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5. What was examined in the Senechal, Lefevre, Thomas, & Daily (1998) on story book reading?
Examined the relationship between storybook reading, home literacy teaching, and reading development in a longitudinal study of children in grades 1-3 (from middle SES families)
5. What groups were children divided into for the Senechal, Lefevre, Thomas, & Daily (1998) study on storybook reading?
- Four groups based on reports of reading time and time spent teaching how to read/write.
- 1. High-teach – High-read: children whose parents reported teaching literacy skills frequently AND who read storybook frequency (n = 35)
- 2. High-teach – Low-read: children whose parents reported teaching literacy skills frequently BUT who did not read storybook as frequently (n = 20)
- 3. Low-teach – high-read: children whose parents reported infrequent teaching literacy skills at home BUT who read storybook frequently (n = 23)
- 4. Low-teach – Low-read: children whose parents reported teaching literacy skills AND storybook reading less frequently (n = 33)
5. What was the method in the Senechal, Lefevre, Thomas, & Daily (1998) study on storybook reading?
This was a longitudinal study which examined the development of reading levels for children enter grade one until grade three.
5. What were the results of the Senechal, Lefevre, Thomas, & Daily (1998) study on storybook reading?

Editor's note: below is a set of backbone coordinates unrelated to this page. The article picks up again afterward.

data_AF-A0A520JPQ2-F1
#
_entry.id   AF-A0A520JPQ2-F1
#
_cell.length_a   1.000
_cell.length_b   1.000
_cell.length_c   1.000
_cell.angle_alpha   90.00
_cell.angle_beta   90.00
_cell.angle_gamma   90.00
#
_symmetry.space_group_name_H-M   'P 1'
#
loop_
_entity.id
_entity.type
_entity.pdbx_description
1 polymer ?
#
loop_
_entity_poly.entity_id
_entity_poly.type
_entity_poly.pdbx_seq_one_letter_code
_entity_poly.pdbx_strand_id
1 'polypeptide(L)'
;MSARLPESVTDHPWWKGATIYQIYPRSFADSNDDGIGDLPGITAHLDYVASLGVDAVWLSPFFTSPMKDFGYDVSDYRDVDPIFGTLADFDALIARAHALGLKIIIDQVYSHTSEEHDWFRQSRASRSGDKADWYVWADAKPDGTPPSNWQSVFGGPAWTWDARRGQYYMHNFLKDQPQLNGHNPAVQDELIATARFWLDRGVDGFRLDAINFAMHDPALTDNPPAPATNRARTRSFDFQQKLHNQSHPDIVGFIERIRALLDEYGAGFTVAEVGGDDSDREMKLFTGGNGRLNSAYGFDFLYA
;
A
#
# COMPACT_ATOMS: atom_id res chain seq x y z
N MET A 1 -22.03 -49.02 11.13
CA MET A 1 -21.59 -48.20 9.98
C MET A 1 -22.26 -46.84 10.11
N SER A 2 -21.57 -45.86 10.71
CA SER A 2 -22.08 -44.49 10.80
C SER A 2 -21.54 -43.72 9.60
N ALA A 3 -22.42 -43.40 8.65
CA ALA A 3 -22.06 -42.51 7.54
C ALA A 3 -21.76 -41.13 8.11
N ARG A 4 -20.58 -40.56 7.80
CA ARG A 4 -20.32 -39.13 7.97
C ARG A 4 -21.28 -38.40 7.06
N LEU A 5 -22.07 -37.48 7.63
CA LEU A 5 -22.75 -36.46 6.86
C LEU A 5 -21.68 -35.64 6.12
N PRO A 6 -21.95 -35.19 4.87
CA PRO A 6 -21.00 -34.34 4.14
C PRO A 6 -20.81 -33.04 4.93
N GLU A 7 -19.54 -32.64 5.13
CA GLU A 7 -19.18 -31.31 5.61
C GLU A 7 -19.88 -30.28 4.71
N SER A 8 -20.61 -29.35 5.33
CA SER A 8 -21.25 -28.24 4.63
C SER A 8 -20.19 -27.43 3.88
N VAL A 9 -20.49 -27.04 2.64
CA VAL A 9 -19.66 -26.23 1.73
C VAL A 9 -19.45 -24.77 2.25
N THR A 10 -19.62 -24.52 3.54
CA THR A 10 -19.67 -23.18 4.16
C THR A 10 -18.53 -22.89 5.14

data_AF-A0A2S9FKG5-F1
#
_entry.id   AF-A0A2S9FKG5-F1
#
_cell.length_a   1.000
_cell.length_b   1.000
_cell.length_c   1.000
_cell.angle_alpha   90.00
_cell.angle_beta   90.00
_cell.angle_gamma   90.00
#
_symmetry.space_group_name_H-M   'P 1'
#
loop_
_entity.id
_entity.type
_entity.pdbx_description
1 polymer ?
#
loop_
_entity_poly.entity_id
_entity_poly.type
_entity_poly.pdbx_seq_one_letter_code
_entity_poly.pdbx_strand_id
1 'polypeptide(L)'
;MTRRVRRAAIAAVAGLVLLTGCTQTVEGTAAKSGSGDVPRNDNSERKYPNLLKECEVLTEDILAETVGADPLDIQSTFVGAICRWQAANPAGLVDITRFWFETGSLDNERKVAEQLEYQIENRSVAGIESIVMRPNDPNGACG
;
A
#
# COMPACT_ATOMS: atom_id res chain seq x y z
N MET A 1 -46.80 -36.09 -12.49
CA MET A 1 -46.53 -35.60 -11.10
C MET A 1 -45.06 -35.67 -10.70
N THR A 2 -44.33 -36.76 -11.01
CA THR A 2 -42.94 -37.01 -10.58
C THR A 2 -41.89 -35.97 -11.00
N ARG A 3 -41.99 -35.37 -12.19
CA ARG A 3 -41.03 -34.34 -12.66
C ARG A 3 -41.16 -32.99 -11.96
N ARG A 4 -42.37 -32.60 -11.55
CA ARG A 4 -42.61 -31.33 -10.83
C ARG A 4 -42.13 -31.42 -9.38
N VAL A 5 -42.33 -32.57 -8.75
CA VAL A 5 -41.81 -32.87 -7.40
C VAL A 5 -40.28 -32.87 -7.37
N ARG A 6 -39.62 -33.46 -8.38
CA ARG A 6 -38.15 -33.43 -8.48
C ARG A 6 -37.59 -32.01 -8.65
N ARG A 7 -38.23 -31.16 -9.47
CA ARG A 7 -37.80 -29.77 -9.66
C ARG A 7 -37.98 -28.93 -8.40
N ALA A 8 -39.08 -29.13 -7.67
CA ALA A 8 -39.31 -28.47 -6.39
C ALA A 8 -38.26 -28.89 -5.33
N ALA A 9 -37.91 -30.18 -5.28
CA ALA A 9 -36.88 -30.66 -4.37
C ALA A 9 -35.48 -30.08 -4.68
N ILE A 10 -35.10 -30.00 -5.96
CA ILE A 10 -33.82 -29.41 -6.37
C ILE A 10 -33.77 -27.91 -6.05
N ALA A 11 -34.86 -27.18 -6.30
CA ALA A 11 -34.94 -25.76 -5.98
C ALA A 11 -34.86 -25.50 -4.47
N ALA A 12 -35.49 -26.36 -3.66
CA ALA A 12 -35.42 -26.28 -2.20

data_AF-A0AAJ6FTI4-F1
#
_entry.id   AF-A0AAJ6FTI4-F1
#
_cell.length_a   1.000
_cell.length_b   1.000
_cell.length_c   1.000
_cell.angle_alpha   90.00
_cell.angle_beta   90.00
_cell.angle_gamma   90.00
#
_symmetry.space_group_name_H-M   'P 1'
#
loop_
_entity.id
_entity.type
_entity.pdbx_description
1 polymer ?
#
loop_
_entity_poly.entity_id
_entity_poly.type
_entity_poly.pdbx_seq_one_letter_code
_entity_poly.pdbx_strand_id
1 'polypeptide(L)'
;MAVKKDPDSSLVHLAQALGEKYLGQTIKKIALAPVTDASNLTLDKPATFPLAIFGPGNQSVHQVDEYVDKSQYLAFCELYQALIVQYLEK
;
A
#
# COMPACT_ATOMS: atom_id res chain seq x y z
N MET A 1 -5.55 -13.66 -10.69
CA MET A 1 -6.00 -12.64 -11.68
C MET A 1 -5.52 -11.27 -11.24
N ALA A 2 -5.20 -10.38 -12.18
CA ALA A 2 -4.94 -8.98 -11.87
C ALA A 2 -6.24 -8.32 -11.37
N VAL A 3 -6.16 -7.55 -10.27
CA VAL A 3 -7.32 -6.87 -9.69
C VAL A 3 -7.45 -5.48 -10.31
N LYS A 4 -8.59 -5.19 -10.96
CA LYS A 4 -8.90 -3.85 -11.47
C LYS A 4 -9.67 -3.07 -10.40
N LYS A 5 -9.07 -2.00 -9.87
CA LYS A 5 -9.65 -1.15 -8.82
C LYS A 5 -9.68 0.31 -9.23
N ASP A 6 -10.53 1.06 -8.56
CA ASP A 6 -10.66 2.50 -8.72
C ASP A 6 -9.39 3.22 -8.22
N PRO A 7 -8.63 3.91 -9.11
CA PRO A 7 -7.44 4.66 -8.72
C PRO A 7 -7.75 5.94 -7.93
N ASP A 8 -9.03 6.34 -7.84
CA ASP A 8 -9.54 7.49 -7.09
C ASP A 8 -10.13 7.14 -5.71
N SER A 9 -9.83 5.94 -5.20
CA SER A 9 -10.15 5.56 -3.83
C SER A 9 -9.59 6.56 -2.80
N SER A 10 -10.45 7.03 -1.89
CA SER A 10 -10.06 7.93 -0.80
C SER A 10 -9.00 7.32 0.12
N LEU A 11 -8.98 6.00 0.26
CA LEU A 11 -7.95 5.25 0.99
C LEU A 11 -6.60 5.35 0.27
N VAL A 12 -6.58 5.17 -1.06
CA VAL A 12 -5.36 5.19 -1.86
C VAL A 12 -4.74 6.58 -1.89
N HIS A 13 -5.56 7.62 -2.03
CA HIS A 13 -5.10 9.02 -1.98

The worse throughout were the low-low group and the best throughout were the high-high group, which makes sense. However, the HIGH TEACH - LOW READ started up near the high-high, but then dramatically dropped almost to the low-low at grade three testing time. The LOW TEACH - HIGH READ started out average and improved to almost the same level as the high-high.
5. How can the dissociation found in Senechal, Lefevre, Thomas, & Daily (1998) study on storybook reading be explained?
- 1. Start off with less knowledge leads to a delay in becoming an independent reader
- 2. Early story book reading leads to pleasure of reading which translates into a desire for more independent reading later on
- 3. Children with more storybook reading experience leads to larger vocabularies which leads to greatly facilitate later reading comprehension